Vitamin C is a popular ingredient in skincare. Still, many people are not sure whether a vitamin C exfoliator is worth it since other well-known exfoliators are on the market, and any ingredients in exfoliators might be washed off.
Vitamin C is an excellent exfoliator that doesn’t get washed off easily but it is nowhere as absorbent in an exfoliator as it is in serum. Vitamin C works for most skin types, can tighten skin, brighten skin, thicken facial skin, prevent signs of premature aging, and treats hyperpigmentation, marks, scars, and sunburns.
Is Vitamin C an Exfoliator?
Vitamin C is a popular ingredient in many skincare products, from moisturizers to serums and even in exfoliators. However, vitamin C can work as an exfoliant, even if it is not in a product directly used for skin exfoliation.
UV rays and pollution can take a toll on your skin and make it damaged, dull, wrinkle, develop dark spots, etc.
Vitamin C is an antioxidant that neutralizes the free radicals that would attack your healthy skin cells. Vitamin C is acidic; it gets rid of dead skin cells to reveal brighter, glowing skin. This causes your skin to speed up the cell turnover rate, growing newer skin cells while shedding the dead skin cells.
Since vitamin C is very bitter and acidic, it makes the skin “heal” itself when you apply it. The “healing” process will encourage more elastin and collagen growth, making the skin plump and bouncy.
So, vitamin C can work as an exfoliant even if it is not a typical physical or chemical exfoliant. Most vitamin C serums will work similarly to chemical exfoliants. So if you already use vitamin C or a chemical exfoliant, be sure to choose one; using a chemical exfoliant and vitamin C can cause skin irritation.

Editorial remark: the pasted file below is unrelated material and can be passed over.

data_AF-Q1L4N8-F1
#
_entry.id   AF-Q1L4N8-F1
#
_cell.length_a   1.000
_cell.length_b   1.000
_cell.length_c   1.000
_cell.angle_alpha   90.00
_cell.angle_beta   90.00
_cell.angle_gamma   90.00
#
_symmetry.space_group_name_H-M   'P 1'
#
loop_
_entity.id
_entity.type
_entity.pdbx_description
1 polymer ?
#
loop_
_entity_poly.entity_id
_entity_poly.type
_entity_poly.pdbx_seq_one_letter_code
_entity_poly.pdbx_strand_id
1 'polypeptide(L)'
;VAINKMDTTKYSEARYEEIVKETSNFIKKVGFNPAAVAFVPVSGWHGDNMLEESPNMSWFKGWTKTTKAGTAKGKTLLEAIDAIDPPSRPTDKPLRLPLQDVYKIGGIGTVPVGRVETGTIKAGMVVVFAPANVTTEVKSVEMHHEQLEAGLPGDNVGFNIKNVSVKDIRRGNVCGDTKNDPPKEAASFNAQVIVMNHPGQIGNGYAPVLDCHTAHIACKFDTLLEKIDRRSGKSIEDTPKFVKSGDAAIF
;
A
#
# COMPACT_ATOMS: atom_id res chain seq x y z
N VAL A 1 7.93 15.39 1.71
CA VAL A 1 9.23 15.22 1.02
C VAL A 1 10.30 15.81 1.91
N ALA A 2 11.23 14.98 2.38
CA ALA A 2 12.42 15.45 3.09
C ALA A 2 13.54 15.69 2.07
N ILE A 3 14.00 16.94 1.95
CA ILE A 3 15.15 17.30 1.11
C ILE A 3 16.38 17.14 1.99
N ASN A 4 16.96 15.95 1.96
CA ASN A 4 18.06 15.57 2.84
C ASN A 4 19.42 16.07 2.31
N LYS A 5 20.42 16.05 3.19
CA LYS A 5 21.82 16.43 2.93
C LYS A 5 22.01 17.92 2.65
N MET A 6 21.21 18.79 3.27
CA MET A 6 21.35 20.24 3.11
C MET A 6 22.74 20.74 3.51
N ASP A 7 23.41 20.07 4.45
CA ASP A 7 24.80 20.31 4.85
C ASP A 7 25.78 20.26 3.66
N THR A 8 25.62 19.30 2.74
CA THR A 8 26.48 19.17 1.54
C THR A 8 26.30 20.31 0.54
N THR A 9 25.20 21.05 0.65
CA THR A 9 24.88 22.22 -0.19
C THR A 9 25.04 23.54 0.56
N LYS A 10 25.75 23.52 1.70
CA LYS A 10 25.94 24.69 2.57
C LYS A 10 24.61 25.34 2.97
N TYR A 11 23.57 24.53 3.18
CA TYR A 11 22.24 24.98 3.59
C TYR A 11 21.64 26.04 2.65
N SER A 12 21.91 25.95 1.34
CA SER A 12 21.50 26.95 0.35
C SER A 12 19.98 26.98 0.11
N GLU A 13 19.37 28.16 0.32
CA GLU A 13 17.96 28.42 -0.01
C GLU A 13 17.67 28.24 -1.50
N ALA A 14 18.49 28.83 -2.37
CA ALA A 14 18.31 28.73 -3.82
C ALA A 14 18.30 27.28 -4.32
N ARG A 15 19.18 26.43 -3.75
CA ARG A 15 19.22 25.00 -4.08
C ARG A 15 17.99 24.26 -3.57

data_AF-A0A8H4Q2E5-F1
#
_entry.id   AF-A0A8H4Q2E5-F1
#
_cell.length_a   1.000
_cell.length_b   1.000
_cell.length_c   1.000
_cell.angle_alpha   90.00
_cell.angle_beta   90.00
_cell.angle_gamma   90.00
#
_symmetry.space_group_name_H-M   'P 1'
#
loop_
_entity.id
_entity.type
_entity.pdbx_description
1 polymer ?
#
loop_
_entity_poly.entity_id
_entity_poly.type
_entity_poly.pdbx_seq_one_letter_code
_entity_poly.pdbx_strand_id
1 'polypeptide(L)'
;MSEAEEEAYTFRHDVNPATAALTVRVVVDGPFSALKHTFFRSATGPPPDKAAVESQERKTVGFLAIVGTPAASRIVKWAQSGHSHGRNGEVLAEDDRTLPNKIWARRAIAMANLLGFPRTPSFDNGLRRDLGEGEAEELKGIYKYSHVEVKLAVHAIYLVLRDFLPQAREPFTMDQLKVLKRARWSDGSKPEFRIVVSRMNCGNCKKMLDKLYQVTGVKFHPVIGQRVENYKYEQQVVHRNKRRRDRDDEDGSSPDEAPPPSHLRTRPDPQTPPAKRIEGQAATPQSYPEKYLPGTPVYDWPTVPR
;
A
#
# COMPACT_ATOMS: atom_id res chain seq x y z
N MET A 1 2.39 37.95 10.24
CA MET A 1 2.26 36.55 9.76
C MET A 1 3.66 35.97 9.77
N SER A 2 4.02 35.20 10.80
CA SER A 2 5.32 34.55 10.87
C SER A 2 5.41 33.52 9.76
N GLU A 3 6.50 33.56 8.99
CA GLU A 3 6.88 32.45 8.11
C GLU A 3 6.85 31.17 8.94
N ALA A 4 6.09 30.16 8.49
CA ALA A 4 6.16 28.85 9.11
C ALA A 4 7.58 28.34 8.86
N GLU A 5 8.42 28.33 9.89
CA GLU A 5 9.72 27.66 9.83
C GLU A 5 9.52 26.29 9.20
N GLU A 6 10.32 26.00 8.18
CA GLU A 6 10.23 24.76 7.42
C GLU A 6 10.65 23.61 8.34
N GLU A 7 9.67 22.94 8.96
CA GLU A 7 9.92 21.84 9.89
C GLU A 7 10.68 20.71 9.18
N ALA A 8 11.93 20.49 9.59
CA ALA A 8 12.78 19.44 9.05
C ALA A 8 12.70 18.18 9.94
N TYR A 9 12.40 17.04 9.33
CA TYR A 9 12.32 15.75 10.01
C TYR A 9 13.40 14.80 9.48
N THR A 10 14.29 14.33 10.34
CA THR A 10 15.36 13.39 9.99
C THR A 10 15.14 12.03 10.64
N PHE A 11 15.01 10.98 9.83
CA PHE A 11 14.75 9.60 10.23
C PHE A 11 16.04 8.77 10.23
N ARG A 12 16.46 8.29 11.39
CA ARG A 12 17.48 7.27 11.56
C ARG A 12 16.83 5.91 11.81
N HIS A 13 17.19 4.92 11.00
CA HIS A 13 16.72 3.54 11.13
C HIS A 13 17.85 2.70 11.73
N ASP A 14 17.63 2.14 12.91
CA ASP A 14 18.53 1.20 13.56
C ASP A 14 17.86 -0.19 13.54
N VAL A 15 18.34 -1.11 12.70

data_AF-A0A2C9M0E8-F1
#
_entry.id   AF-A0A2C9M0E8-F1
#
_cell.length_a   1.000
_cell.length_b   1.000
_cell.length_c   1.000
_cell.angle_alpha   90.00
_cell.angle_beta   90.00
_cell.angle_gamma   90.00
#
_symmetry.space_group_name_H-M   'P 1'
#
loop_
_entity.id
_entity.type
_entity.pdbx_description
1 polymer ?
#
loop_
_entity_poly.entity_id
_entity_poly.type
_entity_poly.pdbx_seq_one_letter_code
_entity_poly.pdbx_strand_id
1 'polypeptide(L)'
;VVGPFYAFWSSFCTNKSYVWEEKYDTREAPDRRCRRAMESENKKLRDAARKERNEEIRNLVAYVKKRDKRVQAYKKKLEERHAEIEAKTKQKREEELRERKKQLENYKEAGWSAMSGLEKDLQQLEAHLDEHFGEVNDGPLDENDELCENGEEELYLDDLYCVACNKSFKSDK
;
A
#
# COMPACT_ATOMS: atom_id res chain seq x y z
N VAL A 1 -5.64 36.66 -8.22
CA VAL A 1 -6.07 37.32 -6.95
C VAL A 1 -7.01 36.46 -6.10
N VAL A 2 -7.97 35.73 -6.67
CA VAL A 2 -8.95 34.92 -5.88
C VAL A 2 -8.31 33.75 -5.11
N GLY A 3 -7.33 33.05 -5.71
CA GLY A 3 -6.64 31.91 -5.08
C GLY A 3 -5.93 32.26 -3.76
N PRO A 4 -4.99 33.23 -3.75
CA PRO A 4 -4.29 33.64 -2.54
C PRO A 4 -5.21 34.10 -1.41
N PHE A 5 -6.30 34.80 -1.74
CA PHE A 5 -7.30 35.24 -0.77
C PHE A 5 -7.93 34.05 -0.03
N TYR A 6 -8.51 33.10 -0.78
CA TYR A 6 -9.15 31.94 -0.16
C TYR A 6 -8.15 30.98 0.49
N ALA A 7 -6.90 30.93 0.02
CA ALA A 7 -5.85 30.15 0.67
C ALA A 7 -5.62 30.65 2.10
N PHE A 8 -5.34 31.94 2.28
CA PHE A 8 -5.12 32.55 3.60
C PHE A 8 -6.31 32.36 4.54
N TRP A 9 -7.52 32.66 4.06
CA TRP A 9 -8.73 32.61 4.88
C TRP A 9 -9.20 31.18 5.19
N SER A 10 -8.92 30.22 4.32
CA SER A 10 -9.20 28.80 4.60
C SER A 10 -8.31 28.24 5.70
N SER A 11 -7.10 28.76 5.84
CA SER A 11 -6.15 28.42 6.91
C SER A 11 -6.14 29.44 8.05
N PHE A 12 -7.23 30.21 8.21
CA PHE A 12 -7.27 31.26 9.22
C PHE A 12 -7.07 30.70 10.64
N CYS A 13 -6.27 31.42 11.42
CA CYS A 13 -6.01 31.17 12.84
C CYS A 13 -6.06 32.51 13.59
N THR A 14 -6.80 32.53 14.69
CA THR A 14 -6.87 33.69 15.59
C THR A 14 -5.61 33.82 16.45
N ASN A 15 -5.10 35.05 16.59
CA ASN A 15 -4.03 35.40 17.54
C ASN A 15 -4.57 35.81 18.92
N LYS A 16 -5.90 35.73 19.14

Pros of Vitamin C
Vitamin C can promote youthful skin and prevent premature aging. Vitamin C stimulates collagen production, making your skin more elastic and plump (Farris et al., 2005). It can also thicken facial skin to lessen and prevent wrinkles.
A small study performed tests to see how topical vitamin C impacted the skin (Crisan et al., 2015). The researchers asked sixty participants to apply 5% vitamin C solution for six months. The participants had an increase in skin thickness. While the study was small, the study still showed a lot of promise for vitamin C and its anti-aging properties.
Age and other factors (UV exposure, smoking, dehydration, etc.) can cause the skin to sag prematurely. Vitamin C can tighten the skin by stimulating collagen production, which keeps your skin plump (Pullar et al., 2017).
UV ray exposure can speed up the aging process and create dark spots. Excessive UV ray exposure can also lead to uneven skin tone, hyperpigmentation, melasma, etc. Hormonal changes can also make the skin uneven.
According to the researchers from Linus Pauling Institute at Oregon State University, vitamin C could reduce melanin production. Melanin is a naturally occurring dark brown to black pigment that causes people to tan. While getting a tan is fine, hyperpigmentation (excessive melanin production) can cause age spots, uneven facial and body skin, etc. Regular and proper vitamin C use can reduce melanin production to help prevent hyperpigmentation while simultaneously treating it.
Additionally, vitamin C can lighten dark marks from acne and other wounds as well as help smooth out scars. As mentioned earlier, it boosts collagen production and reduces your body’s melanin production, encouraging your skin to “renew” and lighten the dark marks.